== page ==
Process of Benchmarking
The first step in building a good benchmark is to pull enough samples that would be representative of the types of documents your system will be processing. A good rule of thumb is to have 100+ samples for each type of document you will be processing.
Answer Key (Golden Set)
Once you have your samples collected, the next step is to process these documents as you would during a production run. This means that the samples you process need to have (1) all the documents classified correctly and (2) the extracted data validated correctly. What this does is gives the system a baseline of where the documents should be and what the data should be for each document.
Creating a Golden Set
To create a golden set, you must process each document through the system to the end with all the information correct. For example, in Kofax, you would put your samples into a batch and scan them in. The process would separate, classify, and extract as best it could. The user would then correct any classification and extraction so that each document is 100% correct and is exactly what is needed to export to the backend system.
Now that you have the sample images and you have processed these images to create your golden set or answer key, you can now run your test runs. This process runs the sample images through the system automatically and tests the results against the golden set then reports out the benchmark results. In most benchmarking tools, you can save any one of the test runs as a baseline so that any test run after can provide a comparison showing whether the benchmarking is better or worst than the baseline benchmark.
Analyzing the Benchmark
There are four possible outcomes for each document that is processed in a benchmark:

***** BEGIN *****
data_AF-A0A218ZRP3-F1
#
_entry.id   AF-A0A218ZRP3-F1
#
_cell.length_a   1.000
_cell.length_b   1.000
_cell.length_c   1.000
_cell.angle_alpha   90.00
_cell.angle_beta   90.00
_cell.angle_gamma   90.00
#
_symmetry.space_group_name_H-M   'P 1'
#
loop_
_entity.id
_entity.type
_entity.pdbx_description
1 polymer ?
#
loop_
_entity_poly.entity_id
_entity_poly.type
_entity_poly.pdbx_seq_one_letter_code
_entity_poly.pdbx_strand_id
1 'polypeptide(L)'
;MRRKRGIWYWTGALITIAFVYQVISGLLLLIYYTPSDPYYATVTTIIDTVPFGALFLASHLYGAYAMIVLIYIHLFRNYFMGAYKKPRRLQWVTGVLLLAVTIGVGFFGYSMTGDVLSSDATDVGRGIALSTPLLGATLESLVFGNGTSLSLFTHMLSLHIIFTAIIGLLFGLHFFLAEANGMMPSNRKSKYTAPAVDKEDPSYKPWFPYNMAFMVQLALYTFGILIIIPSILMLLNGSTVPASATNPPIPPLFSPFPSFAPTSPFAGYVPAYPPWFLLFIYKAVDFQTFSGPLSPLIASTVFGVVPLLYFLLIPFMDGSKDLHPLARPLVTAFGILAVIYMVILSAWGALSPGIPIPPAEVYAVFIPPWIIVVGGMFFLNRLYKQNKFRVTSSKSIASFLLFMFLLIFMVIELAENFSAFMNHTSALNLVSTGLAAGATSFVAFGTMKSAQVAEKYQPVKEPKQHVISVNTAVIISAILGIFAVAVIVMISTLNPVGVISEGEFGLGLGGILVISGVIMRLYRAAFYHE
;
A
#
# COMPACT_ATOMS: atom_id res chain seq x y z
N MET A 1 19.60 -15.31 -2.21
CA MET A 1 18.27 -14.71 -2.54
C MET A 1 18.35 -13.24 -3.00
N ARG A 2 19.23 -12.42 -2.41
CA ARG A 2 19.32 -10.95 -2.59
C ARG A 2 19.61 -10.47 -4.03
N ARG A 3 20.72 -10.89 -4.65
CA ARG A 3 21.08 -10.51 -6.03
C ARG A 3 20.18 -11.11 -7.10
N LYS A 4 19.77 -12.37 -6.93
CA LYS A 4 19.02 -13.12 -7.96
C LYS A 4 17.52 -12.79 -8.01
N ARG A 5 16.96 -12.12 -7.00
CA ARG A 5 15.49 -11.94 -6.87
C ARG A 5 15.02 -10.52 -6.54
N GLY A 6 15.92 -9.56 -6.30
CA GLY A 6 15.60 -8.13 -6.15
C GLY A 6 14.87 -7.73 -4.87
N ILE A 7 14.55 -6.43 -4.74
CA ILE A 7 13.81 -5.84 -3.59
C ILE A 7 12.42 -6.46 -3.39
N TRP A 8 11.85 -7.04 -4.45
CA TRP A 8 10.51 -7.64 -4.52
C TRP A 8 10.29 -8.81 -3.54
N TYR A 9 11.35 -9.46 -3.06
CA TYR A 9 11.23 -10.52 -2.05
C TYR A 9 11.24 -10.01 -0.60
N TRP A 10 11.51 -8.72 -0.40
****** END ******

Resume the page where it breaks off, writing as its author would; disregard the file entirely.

- Correct and confident
- Correct but not confident
- Incorrect and not confident
- Incorrect but confident (False Positives)
When a document is processed, each aspect of the process is associated with a confidence level. The confidence level is assigned by the system as it evaluates the data. How close to the data match is the search criteria? For example, you’re searching for the invoice number off an invoice document. You have told it to look for a series of numbers that are close to a heading of “Invoice Number.” The system is going to pull all the series of numbers and evaluate them against any heading of “Invoice Number.” Depending on how well the system matches “Invoice Number,” it assigns a confidence level to that series of numbers. If the system finds “Inv0ice Numbor” because of an OCR issue, the confidence level it assigns the series of numbers by this would get a confidence level of about 85% since the header only matched at 12 out of 14 characters. This process is done for each alternative from the document. You can adjust the level at which the system says that what it has is a confident match or not. For example, you set the system to mark any extraction that has a confidence level of 80% as high confident and anything below this unconfident.
Correct and Confident
Document data is correct and confident when the benchmark run has indicated the data is the same as the data in the golden set document, and the system is confident that it has processed the document correctly. This means that the particular piece of information captured matches what the golden set document says should be there and the confidence level for that data is above the level set in the system to be confident.
Correct but Not Confident